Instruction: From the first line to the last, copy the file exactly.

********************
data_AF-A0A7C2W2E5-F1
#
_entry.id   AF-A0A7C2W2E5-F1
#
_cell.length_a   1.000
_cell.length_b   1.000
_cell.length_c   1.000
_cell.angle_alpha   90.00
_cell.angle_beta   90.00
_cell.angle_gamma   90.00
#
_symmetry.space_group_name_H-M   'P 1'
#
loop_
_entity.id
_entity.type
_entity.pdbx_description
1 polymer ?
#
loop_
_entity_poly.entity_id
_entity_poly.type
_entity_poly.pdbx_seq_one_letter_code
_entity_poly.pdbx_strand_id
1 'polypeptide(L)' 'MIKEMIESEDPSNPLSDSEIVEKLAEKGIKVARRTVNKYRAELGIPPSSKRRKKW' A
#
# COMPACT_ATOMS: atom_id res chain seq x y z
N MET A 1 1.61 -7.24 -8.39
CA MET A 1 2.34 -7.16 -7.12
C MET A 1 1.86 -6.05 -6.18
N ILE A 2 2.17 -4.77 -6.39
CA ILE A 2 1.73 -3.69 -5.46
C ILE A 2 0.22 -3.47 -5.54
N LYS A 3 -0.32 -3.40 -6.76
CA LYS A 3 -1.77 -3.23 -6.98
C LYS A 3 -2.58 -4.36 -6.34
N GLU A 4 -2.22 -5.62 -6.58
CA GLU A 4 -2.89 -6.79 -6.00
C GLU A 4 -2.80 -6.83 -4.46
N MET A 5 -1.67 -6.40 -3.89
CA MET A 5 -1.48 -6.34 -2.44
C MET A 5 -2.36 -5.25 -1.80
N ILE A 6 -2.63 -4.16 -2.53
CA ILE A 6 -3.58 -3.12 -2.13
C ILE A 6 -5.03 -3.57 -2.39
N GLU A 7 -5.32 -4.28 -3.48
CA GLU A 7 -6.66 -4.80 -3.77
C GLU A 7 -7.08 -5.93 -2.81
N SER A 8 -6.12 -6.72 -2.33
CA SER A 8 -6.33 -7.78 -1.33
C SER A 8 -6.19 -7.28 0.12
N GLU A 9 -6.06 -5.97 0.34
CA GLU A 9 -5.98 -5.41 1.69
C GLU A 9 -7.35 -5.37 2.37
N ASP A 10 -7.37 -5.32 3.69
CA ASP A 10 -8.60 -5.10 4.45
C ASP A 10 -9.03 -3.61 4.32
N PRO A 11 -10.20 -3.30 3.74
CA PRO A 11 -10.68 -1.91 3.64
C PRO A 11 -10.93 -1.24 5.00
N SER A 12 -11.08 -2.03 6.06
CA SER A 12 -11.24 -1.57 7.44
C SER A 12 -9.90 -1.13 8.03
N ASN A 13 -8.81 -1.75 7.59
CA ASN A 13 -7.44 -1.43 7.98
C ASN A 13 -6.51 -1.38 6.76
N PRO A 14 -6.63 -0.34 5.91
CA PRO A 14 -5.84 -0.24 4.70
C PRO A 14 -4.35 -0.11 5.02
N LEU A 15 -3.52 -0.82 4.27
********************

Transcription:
data_AF-A0A7C2W2E5-F1
#
_entry.id   AF-A0A7C2W2E5-F1
#
_cell.length_a   1.000
_cell.length_b   1.000
_cell.length_c   1.000
_cell.angle_alpha   90.00
_cell.angle_beta   90.00
_cell.angle_gamma   90.00
#
_symmetry.space_group_name_H-M   'P 1'
#
loop_
_entity.id
_entity.type
_entity.pdbx_description
1 polymer ?
#
loop_
_entity_poly.entity_id
_entity_poly.type
_entity_poly.pdbx_seq_one_letter_code
_entity_poly.pdbx_strand_id
1 'polypeptide(L)' 'MIKEMIESEDPSNPLSDSEIVEKLAEKGIKVARRTVNKYRAELGIPPSSKRRKKW' A
#
# COMPACT_ATOMS: atom_id res chain seq x y z
N MET A 1 1.61 -7.24 -8.39
CA MET A 1 2.34 -7.16 -7.12
C MET A 1 1.86 -6.05 -6.18
N ILE A 2 2.17 -4.77 -6.39
CA ILE A 2 1.73 -3.69 -5.46
C ILE A 2 0.22 -3.47 -5.54
N LYS A 3 -0.32 -3.40 -6.76
CA LYS A 3 -1.77 -3.23 -6.98
C LYS A 3 -2.58 -4.36 -6.34
N GLU A 4 -2.22 -5.62 -6.58
CA GLU A 4 -2.89 -6.79 -6.00
C GLU A 4 -2.80 -6.83 -4.46
N MET A 5 -1.67 -6.40 -3.89
CA MET A 5 -1.48 -6.34 -2.44
C MET A 5 -2.36 -5.25 -1.80
N ILE A 6 -2.63 -4.16 -2.53
CA ILE A 6 -3.58 -3.12 -2.13
C ILE A 6 -5.03 -3.57 -2.39
N GLU A 7 -5.32 -4.28 -3.48
CA GLU A 7 -6.66 -4.80 -3.77
C GLU A 7 -7.08 -5.93 -2.81
N SER A 8 -6.12 -6.72 -2.33
CA SER A 8 -6.33 -7.78 -1.33
C SER A 8 -6.19 -7.28 0.12
N GLU A 9 -6.06 -5.97 0.34
CA GLU A 9 -5.98 -5.41 1.69
C GLU A 9 -7.35 -5.37 2.37
N ASP A 10 -7.37 -5.32 3.69
CA ASP A 10 -8.60 -5.10 4.45
C ASP A 10 -9.03 -3.61 4.32
N PRO A 11 -10.20 -3.30 3.74
CA PRO A 11 -10.68 -1.91 3.64
C PRO A 11 -10.93 -1.24 5.00
N SER A 12 -11.08 -2.03 6.06
CA SER A 12 -11.24 -1.57 7.44
C SER A 12 -9.90 -1.13 8.03
N ASN A 13 -8.81 -1.75 7.59
CA ASN A 13 -7.44 -1.43 7.98
C ASN A 13 -6.51 -1.38 6.76
N PRO A 14 -6.63 -0.34 5.91
CA PRO A 14 -5.84 -0.24 4.70
C PRO A 14 -4.35 -0.11 5.02
N LEU A 15 -3.52 -0.82 4.27